The data used to test the hypotheses were collected in a telephone survey of retail banking customers. A sample of 2000 customers was drawn from a large banks’customer database. A professional marketing research firm performed the telephone interviews. The final sample consisted of 461 respondents, which corresponds to a 23.1 percent response rate.

All variables were measured with multi-item scales. For the benevolence scale, three items were adapted from Ganesan (1994) while one was self-constructed. The credibility scale was obtained similarly to the benevolence scale. Image was measured with two items adapted from Selnes (1993). The satisfaction scale was constructed by two items adapted from Moorman, Zaltman and Deshpande (1992) and one item adapted from Oliver (1980). Finally, the scale measuring disclosing intimacy consisted of one item adapted from Gupta (1983) and four self-constructed items. In addition to the predictor variables we included the customer’s knowledge of the product category as covariate. The knowledge variable was measured with three items adapted from Park, Mothersburg and Feick (1994).

The data was analyzed by use of structural equation modeling (Lisrel 8.30), since this approach allows the simultaneous investigation of the measures and the hypothesized model. The final measurement model had a chi square value of 105.22 with 51 degrees of freedom, and a p-value of 0.00. The other fit indices were RMSEA of 0.047, a CFI of 0.97, and NNFI of 0.96, which meets the requirements for a well fitting model.

The hypothesized model had a satisfactory ability to explain the observed variance covariance matrix. The chi-square for 51 degrees of freedom was 105.22 (p=0.000), the RMSEA was 0.047, the NNFI was 0.96, and the CFI was 0.97. All of the fit indices are above the cut-offs for good fit. The hypotheses linking benevolence and image to disclosing intimacy was both supported, and the knowledge variable was also found to have a significant effect on disclosure. However, the effects of credibility and satisfaction were not supported by the data. The squared multiple correlations was 0.37 for disclosing intimacy.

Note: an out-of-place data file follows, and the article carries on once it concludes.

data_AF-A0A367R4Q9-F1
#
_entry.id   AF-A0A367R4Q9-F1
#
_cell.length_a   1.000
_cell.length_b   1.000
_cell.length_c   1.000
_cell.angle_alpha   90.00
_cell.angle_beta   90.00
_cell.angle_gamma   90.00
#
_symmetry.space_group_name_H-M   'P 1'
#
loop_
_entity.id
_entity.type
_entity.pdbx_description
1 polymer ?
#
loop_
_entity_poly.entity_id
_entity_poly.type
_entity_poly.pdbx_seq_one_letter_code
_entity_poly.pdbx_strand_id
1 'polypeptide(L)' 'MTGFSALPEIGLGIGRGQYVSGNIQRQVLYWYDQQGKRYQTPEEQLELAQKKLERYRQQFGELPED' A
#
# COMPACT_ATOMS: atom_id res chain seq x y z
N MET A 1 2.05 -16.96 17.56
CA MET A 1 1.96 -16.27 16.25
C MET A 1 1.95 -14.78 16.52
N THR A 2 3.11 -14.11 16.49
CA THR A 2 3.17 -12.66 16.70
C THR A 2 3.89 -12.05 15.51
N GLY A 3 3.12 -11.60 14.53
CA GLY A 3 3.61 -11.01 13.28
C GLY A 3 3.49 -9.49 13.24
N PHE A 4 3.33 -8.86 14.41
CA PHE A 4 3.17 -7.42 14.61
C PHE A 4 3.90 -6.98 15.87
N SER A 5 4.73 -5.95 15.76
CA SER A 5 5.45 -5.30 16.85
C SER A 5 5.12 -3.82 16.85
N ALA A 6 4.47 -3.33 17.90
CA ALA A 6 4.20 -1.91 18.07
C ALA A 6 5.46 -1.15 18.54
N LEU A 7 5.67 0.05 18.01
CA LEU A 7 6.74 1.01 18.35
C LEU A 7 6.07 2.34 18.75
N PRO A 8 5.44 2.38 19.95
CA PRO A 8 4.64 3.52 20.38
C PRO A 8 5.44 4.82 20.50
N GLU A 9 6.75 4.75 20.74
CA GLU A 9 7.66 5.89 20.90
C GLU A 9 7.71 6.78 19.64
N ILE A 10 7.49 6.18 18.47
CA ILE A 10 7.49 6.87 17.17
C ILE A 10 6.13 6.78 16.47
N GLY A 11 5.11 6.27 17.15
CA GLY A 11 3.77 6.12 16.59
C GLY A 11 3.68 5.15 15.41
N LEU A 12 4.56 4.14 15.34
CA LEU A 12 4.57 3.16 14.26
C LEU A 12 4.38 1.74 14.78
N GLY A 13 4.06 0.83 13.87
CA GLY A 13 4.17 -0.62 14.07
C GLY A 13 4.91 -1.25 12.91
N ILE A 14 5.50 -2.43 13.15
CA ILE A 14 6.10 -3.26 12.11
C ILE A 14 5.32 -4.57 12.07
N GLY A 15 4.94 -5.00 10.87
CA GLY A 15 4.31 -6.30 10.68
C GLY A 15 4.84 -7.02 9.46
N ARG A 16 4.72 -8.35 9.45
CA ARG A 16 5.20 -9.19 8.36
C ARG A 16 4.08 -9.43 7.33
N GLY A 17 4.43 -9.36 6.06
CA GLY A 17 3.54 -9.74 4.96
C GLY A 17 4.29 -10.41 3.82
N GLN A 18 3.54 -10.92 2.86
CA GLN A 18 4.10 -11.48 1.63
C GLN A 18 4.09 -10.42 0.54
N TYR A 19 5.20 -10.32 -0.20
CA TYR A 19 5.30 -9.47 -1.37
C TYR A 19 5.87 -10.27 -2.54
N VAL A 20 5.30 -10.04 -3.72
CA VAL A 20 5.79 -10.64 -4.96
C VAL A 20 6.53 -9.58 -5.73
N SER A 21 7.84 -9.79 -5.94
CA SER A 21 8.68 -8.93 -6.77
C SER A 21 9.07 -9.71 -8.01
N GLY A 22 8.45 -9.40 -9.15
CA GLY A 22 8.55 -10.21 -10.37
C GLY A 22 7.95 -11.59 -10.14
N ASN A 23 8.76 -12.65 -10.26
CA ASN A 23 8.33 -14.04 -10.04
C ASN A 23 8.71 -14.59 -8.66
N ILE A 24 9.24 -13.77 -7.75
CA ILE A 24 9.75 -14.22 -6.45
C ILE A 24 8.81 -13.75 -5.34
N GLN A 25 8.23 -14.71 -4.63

The results suggest that benevolent employees with a good image is of superior value to any service firm that pursue higher levels of self disclosure among their customers. The absence of an effect from credibility and satisfaction is surprising, but might be explained bye a status as hygiene factor (credibility) and that satisfaction with the relationship pr se is not extraordinarily enough to invoke self-disclosure.

It is yet to be determined whether the findings are generalizable within and beyond services. Additionally, identifying further predictors and conditions (moderators) that facilitate or impair disclosing intimacy to the service employee are important in order to test and understand the limitations of the model and findings in the paper.


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Havard Hansen, Norwegian School of Management, Norway


AP - Asia Pacific Advances in Consumer Research Volume 5 | 2002